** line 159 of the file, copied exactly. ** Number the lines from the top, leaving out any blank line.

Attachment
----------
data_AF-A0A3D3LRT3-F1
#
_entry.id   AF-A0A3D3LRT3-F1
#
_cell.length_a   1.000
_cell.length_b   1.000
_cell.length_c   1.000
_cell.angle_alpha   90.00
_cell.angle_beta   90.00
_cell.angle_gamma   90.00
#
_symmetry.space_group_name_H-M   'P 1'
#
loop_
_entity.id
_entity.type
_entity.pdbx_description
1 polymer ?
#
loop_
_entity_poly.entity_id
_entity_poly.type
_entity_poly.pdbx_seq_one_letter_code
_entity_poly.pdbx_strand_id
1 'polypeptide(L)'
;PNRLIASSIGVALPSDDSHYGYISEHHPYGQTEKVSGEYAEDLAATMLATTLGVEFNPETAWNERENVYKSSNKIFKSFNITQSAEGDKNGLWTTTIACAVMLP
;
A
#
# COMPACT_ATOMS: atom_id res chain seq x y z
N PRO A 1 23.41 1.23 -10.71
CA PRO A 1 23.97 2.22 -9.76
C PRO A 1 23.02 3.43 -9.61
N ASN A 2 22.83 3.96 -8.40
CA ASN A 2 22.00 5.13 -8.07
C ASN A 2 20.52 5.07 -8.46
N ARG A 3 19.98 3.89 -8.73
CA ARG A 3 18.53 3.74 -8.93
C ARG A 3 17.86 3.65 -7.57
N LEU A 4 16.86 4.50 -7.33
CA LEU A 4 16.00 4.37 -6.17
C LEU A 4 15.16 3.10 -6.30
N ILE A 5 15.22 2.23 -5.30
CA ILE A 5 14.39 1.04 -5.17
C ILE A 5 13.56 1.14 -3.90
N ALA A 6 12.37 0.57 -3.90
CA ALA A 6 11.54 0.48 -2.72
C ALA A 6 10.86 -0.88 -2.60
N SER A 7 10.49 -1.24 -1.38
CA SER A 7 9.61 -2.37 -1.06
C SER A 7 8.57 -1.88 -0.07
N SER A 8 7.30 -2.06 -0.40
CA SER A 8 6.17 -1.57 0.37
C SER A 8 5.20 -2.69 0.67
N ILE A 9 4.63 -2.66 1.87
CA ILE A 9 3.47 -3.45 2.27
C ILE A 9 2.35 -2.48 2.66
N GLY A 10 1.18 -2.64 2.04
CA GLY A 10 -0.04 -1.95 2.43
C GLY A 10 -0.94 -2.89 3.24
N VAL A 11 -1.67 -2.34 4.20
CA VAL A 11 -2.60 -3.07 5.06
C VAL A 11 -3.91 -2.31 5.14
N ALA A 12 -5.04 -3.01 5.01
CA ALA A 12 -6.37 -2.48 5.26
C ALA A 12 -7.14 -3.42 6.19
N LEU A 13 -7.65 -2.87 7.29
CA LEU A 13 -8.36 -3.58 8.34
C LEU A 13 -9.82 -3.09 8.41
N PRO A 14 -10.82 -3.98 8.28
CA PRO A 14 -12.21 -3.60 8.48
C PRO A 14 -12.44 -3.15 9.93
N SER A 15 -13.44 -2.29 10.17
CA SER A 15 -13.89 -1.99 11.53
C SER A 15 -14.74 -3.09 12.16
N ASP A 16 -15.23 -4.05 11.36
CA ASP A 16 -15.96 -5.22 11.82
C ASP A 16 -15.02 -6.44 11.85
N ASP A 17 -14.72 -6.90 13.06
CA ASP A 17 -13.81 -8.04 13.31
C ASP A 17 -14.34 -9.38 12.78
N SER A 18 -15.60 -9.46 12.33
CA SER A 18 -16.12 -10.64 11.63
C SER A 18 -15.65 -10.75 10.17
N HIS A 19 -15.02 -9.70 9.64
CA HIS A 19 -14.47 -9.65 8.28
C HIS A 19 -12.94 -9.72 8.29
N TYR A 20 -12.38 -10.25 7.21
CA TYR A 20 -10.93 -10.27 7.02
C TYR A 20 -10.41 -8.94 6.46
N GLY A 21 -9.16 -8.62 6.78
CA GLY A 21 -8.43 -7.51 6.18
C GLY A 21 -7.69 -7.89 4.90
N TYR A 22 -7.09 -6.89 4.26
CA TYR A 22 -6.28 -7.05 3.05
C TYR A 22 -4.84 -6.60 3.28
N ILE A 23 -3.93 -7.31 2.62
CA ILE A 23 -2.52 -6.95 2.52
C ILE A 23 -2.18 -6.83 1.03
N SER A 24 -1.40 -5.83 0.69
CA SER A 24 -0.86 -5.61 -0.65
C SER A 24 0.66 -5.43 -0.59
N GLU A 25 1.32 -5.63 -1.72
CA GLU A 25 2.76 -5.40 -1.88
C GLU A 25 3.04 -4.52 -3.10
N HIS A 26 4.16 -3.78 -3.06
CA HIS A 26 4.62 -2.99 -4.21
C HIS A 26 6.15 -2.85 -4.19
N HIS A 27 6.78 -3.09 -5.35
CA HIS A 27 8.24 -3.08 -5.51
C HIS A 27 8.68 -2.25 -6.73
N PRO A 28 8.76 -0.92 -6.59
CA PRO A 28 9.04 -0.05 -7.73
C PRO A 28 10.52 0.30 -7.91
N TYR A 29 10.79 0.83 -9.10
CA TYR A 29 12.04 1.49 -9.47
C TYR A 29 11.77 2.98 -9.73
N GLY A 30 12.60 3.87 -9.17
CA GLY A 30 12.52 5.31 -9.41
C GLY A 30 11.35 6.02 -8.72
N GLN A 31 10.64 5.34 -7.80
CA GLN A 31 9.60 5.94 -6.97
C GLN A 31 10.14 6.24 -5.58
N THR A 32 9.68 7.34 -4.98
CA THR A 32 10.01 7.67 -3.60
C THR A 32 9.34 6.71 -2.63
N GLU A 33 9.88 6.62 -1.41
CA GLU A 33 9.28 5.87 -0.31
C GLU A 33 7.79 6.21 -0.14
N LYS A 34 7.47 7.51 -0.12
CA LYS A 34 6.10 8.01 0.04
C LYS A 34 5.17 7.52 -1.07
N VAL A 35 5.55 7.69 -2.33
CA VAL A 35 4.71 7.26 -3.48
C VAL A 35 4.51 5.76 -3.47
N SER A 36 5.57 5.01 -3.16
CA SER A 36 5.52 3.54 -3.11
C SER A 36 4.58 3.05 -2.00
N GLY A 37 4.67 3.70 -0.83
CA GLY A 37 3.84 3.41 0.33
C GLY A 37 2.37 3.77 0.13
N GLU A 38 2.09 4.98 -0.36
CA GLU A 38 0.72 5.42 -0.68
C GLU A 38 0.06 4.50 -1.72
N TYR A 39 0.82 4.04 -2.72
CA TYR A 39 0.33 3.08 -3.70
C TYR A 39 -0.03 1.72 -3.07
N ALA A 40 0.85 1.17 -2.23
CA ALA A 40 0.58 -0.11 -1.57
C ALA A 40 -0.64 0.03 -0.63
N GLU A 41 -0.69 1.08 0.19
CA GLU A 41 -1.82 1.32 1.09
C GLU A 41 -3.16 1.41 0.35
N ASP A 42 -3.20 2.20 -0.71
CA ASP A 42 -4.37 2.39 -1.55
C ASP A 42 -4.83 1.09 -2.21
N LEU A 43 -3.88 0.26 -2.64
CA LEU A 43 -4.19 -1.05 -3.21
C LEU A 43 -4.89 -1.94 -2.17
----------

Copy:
C LEU A 43 -4.89 -1.94 -2.17